When considering the key drivers of professional development, having a supportive mentor to turn to for advice and to help hone leadership skills has to rank near the top of the list.

Emerging leaders and businesses increasingly recognize the value that mentors play in developing and retaining top talent in today’s dynamic business environment. A 2016 Deloitte survey of millennial workers around the world found that 61 percent reported having a professional mentor, and those with mentors reported greater satisfaction with their professional development. In addition, those who said they intended to stay with their organization for at least five years were more than twice as likely to have a mentor, the survey found..

The benefits of a quality mentor can be enormous. A mentor can model good behavior, observe you in a variety of settings and provide valuable feedback on what he or she observes. More broadly, an effective mentor can offer you an outside perspective that opens up opportunities you never even imagined existed. However, it takes the right person to help you realize your full professional potential.

Here are five qualities to look for when choosing a mentor.

Approachability

It may seem a bit obvious, but a mentor can’t help you if he or she doesn’t have enough time. So first and foremost, choose someone who is willing and able to carve out time to meet and offer advice — and also someone who generally seems to be organized enough with their schedule to set aside a small portion for you moving forward.

It doesn’t necessarily have to be someone whom you see regularly. The latest research suggests that anyone can be considered a mentor — even if you only meet for an hour over coffee — as long as they provide quality, unbiased feedback on an issue that is important to your development.

Whether it’s a one-off meeting or a long-term mentorship, your mentor should be someone you feel comfortable approaching and asking for at least an hour to discuss issues of importance to you.

Development Driven

Rather than exclusively focusing on the here and now, the mentor should be willing to help you seek out and take advantage of opportunities for professional development over the long run of your career. This usually differs from a workplace coaching relationship, which is often more focused on specific tasks and goals that need to be completed.

The Deloitte survey found that among those who had a mentor, more than 90 percent were satisfied with the quality of advice and a similar share felt the level of interest shown in their development was good.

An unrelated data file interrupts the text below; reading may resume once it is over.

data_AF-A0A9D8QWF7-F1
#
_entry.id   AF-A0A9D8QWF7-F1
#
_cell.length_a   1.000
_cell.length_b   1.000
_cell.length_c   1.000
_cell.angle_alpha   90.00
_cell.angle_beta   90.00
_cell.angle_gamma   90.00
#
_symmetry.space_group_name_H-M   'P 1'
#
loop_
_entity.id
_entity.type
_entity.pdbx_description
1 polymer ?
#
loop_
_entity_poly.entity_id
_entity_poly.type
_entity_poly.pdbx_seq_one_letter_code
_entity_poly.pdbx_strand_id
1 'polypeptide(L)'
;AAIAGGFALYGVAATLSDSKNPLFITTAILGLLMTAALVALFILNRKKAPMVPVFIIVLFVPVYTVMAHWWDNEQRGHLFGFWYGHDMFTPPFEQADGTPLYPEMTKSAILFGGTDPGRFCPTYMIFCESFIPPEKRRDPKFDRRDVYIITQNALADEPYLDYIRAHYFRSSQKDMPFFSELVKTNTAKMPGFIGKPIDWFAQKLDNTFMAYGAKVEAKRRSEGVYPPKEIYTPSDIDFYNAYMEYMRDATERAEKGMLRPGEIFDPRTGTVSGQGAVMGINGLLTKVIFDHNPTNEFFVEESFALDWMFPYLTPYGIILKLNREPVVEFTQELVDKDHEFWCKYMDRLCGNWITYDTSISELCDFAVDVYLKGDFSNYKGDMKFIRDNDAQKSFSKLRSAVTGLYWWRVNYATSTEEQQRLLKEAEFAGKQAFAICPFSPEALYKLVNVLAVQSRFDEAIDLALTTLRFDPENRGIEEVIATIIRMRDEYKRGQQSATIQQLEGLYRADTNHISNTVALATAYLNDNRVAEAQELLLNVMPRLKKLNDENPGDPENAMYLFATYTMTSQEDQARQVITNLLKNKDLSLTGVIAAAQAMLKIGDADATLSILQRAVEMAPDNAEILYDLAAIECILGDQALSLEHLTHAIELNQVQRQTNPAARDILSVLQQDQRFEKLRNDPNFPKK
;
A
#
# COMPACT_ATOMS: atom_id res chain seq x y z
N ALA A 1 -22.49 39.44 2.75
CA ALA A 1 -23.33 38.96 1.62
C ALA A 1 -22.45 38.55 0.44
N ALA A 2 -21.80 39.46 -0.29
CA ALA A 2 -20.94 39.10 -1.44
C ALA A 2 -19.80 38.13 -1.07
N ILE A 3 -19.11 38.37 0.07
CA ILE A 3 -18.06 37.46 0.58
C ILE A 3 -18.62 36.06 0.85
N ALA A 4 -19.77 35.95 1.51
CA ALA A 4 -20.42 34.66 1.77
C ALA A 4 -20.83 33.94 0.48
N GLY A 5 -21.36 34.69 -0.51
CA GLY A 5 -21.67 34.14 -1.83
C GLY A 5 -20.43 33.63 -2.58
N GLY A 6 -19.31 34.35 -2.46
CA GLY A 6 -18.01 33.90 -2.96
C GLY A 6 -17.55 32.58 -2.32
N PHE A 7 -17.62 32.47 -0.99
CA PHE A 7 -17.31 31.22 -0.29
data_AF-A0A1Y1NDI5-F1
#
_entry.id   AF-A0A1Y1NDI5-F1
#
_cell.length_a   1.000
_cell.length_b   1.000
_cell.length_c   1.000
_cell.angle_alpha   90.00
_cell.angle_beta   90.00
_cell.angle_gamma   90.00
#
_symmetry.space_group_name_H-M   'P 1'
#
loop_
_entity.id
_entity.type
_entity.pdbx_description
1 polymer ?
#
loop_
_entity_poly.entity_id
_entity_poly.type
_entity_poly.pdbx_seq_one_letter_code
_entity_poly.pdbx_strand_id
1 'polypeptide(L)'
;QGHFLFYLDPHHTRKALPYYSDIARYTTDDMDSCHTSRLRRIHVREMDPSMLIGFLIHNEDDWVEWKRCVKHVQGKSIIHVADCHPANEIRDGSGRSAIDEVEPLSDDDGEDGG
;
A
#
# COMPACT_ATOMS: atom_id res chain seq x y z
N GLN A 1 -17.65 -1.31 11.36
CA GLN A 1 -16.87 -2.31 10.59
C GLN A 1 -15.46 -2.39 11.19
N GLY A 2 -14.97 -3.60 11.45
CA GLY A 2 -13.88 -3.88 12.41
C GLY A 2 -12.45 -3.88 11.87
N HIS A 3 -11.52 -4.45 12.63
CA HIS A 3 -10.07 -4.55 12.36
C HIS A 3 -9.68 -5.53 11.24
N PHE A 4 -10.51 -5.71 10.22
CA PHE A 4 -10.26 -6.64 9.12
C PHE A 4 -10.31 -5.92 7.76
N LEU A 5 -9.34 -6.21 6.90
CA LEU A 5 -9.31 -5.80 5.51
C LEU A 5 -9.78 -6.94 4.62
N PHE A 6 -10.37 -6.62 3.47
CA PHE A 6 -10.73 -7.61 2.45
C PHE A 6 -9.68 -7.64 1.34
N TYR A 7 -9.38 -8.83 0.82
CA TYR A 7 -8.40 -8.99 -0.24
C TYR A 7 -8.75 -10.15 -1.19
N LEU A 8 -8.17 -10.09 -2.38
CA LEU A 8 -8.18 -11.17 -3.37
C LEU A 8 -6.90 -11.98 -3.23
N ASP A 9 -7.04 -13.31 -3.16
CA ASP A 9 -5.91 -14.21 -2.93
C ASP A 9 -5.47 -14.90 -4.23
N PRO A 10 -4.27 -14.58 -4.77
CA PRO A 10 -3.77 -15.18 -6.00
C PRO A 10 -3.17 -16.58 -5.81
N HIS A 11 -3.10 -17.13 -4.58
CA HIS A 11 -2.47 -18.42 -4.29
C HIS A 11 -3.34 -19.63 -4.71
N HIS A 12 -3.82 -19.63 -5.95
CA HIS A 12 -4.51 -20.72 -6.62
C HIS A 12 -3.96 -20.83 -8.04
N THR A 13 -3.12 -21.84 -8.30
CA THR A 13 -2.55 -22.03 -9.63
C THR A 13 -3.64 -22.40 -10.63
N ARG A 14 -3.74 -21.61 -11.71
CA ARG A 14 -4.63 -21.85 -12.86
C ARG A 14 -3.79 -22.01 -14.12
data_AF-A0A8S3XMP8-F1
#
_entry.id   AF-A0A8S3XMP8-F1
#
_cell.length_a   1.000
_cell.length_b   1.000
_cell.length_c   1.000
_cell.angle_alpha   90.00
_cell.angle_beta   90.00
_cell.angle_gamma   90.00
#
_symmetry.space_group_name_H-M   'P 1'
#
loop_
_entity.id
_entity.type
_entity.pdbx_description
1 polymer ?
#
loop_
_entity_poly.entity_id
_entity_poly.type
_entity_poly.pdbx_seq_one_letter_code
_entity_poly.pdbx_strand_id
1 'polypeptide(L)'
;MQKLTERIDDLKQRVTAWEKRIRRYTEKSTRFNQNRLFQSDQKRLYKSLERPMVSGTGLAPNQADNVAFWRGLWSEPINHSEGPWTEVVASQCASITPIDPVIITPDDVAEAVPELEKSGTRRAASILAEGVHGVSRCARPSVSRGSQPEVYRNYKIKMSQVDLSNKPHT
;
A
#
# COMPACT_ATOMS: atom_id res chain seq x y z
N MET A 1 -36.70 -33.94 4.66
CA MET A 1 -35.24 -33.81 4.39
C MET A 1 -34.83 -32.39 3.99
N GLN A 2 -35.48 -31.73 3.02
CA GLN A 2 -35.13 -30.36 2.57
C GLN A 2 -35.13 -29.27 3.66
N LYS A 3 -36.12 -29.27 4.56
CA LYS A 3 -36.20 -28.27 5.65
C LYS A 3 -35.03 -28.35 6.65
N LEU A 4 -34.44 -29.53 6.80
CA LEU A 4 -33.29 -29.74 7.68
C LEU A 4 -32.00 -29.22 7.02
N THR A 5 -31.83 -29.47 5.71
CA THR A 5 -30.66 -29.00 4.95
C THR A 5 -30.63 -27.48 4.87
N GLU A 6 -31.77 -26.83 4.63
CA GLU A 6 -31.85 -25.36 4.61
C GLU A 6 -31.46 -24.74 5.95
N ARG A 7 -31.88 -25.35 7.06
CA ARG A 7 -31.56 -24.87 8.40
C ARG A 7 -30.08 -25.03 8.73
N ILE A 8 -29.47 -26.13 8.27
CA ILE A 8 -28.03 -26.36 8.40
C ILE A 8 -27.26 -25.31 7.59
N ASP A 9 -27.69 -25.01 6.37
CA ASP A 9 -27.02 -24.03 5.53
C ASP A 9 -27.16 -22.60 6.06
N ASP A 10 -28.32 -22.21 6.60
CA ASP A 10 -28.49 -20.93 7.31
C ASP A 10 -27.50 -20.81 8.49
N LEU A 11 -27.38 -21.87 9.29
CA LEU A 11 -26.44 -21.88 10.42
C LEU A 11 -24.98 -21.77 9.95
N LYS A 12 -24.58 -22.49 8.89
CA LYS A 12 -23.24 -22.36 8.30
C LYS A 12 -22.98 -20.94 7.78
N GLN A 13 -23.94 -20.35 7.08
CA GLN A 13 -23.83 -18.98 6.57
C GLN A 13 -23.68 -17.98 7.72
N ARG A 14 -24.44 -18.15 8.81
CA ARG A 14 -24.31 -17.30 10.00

Good Reputation

If you choose a highly regarded mentor within your company, your relationship with that person has the potential to propel your career forward because of the positive visibility. However, this shouldn’t be your primary consideration when selecting a mentor.

Instead, look for someone who has demonstrated success in their field and who has not only managed their own career well but can also manage others. Your mentor should have long-standing relationships in the organization and be known to handle difficult situations effectively.

Experience

Don’t shy away from a mentor based on the position that they hold within an organization. Experience and perspective of all kinds should be taken into account when seeking a potential mentor.

Consider their talent in any areas you wish to develop and their level of respect and influence within the organization. An external mentor can often provide many of the same benefits as an internal mentor, so don’t limit your options to co-workers. In fact, an external mentor may provide additional coaching expertise and greater perspective. An external mentor is usually most effective if they are within your current profession or industry.

Whether they work at your current company or not, your mentor should have clear expertise and knowledge — and it should be clear that he or she applied that knowledge in a successful manner.

Honesty

A good mentor is willing to give honest feedback through constructive criticism — but always with the overall intention of problem-solving and professional development. Any feedback should be as specific as possible to ensure that it’s meaningful and actionable. If you’re doing something that warrants redirection or wholesale change and your mentor talks about it in generalities, it’s unlikely that you’re going to get that message.

If you’re looking to realize your full potential, connecting with the right mentor can give you a fresh perspective and open doors you may have never considered exploring. When done correctly, mentorship can be an effective component of professional development — it just takes the right approach.

Success Labs is a full-service, strategic organizational and leadership development company located in Baton Rouge, Louisiana. For more than 25 years our expert team of consultants has worked with hundreds of companies to explore their business potential and improve their company and cultural performance. Contact us to get proactive about your people strategy.